Status of Na Pua Makani Wind Farm (205 Meters from Kahuku Residents) See also: https://nonapua.com/
Status of County Ordinance Requiring Turbines to be shut down when swells are 8-feet, 14-seconds or higher: On March 15, 2017, Sunset Beach Community Association unanimously agreed to ask for a county law requiring wind turbines situated upwind from the Velzyland to Waimea Bay surf breaks to feather their blades so the blades are oriented parallel to the wind, not catching the wind, shut down, during the day, when the most recent swell reading on the NOAA Waimea buoy (Station 51201) is 8-feet, 14-seconds or higher. These are large barrel conditions with wave faces breaking double-overhead, 12-feet (Hawaiian). These swells occur approximately six percent of year-round hours (day and night). When daylight and wind direction are accounted for, this North Shore wind farm shut-down for surf winds would affect fewer than three percent of the hours of the year. The City and County of Honolulu lawyers are working to draft a bill for the County Commission’s consideration addressing Sunset Beach Community Association’s request.
Status of Review of Na Pua Makani under State Endangered Species Law: The DLNR contested case hearings addressing the endangered bat aspects of the proposed Na Pua Makani Wind Farm were held August 7 and 8. September 8, both sides will submit documents. The hearing officer’s decision would probably be in November or December. The DLNR Board of Land and Natural Resources will take her decision under advisement and likely either A.) issue the developer an incidental take license to kill the endangered bats; B.) send the wind farm’s application to kill bats back to the State’s Endangered Species Recovery Committee so the biologists can help the applicant modify the project to meet the endangered species law. The law requires that to get a license to kill the endangered bats, the project’s mitigation must offset the wind farm bat mortality so, overall, it is a net benefit for the bat. Essentially, the Oahu bat population has to be better off as a result of the project, including the bat kill and the benefits of bat mitigation, in order to get the license to kill endangered bats.
At the contested case hearings, Keep the North Shore Country’s legal team and plaintiffs Elizabeth J. Rago and Tēvita O. Ka’ili successfully demonstrated the applicant’s requested bat take is too low because, among many other reasons that were articulated, the wind developer calculated anticipated bat mortality using the rate of take at the Kahuku Wind Farm turbines, which have a rotor danger zone that’s 1/2 the size of the rotor swept area of the proposed giant wind turbines. The team also provided evidence the proposed mitigation may, in itself, result in a reduction in our Oahu bats, and that there is no evidence to support a conclusion the mitigation will benefit a bat. Tēvita O. Ka’ili is a professor of cultural anthropology at BYU and he explained the close cultural connection bats have to the people of Hawaii and Polynesia.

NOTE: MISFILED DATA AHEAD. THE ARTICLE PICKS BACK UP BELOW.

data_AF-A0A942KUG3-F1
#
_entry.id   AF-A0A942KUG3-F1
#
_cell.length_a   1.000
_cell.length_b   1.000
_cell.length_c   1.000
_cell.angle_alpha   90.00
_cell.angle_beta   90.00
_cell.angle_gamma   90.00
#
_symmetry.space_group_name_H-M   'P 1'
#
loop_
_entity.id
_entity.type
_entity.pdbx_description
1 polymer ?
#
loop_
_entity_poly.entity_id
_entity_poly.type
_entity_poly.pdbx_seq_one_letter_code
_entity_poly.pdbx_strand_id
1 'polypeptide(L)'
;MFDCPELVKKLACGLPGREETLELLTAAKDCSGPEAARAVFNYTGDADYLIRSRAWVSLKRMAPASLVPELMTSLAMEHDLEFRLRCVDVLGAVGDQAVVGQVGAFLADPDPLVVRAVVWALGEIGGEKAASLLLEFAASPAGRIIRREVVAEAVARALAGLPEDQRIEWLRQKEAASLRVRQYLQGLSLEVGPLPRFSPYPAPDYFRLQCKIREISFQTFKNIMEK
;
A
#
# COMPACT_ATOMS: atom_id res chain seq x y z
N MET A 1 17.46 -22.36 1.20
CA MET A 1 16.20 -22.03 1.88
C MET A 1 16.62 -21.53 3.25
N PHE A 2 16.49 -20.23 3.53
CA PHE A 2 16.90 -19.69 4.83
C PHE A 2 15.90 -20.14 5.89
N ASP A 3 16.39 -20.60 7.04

Lisa Kubota’s Hawaii News Now Video http://www.hawaiinewsnow.com/story/36083754/endangered-bat-at-center-of-fight-over-kahuku-wind-farm-proposal highlights the Na Pua Makani wind developer’s assertion the project won’t have adverse effects while in the video background is the wind developer’s rendering of the giant wind turbines looming right next to the school in Kahuku. The developer’s comments that Kahuku residents can sleep at night is interesting too… in light of the fact that the noise level at night in Kahuku Town would, if the wind farm were built in its proposed location (205 meters – two football fields) upwind from the residents) average 44 decibels (the LEQ). Therefore, it seems impossible that during 10% of any 20 minute period it wouldn’t therefore exceed the legal limit of 45 decibels (the L10, the legal limit) (Install “Sound Meter” on your phone – measure the noise level of the illegal vacation rental on your street – parties at the one on our street register 35 decibels at our property and this wakes me up.
The US Fish and Wildlife Service has not made a decision on the applicant’s request for an incidental take permit for the endangered bat, nor have they finalized any decision regarding the EIS (the SFEIS). We hope the wind farm will be required to avoid any bat take they can not offset.
The City and County of Honolulu has not issued a permit for wind turbine construction and we hope the State Health Department and EPA will step in to ensure the wind farm is required to shut down at night to avoid unlawful loud noise in residential areas or to move to a location where it will meet state nuisance noise law.
Please Help Prevent the Na Pua Makani Wind Farm: Kahuku Community Association, an anonymous Native Hawaiian benefactor, and Keep the North Shore Country joined forces for the DLNR contested case. Please donate to Keep the North Shore Country to assist with development of legal documents. Donations are tax deductible and can be made online via Paypal at https://www.keepthenorthshorecountry.org/donate. Personal checks can be mailed to:
Keep the North Shore Country
66-250 Kamehameha Hwy, Suite D103
Haleiwa, HI 96712
Status of Wind Farm Proposed in the Ocean Waters Off Ka’ena Point:
April 12, 2017, Interior Secretary Ryan Zinke’s staff at the Bureau of Ocean Energy Management confirmed at-sea wind farm development off Ka’ena Point on the North Shore of O‘ahu was on hold indefinitely. The Agency is reviewing whether or not there is a suitable site for offshore wind development in Oahu waters. Hundreds have signed a Thank You letter to Interior Secretary Zinke and an online petition is open for digital signatures at: https://www.change.org/p/thank-you-trump-department-of-interior-secretary-zinke-no-harmful-unnecessary-north-shore-wind-farms